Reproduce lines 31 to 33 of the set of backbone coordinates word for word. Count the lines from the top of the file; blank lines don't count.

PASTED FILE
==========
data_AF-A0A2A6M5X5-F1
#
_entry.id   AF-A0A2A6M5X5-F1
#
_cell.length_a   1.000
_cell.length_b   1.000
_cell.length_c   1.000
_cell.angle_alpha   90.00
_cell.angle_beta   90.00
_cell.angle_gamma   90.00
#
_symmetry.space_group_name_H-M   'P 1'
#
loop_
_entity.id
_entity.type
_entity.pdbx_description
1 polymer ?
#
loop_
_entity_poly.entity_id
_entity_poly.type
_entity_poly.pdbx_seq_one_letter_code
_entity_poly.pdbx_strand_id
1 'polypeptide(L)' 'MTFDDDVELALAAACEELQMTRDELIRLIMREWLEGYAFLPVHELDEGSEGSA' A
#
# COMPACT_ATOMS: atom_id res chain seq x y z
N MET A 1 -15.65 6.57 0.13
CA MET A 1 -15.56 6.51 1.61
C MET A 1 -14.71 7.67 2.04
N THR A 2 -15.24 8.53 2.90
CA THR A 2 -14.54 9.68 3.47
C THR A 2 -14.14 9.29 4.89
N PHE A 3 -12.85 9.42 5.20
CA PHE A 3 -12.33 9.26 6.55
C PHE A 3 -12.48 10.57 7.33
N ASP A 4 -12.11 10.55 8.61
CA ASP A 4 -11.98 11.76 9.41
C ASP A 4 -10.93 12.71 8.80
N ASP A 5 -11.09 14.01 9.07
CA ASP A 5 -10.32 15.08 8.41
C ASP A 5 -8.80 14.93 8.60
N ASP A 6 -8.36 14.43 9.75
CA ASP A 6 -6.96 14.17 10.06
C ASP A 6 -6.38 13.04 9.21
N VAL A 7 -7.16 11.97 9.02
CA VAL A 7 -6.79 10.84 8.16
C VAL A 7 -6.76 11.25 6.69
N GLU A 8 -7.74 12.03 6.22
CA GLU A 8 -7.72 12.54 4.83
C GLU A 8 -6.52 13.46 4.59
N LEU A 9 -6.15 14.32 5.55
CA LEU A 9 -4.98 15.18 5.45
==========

N THR A 2 -15.24 8.53 2.90
CA THR A 2 -14.54 9.68 3.47
C THR A 2 -14.14 9.29 4.89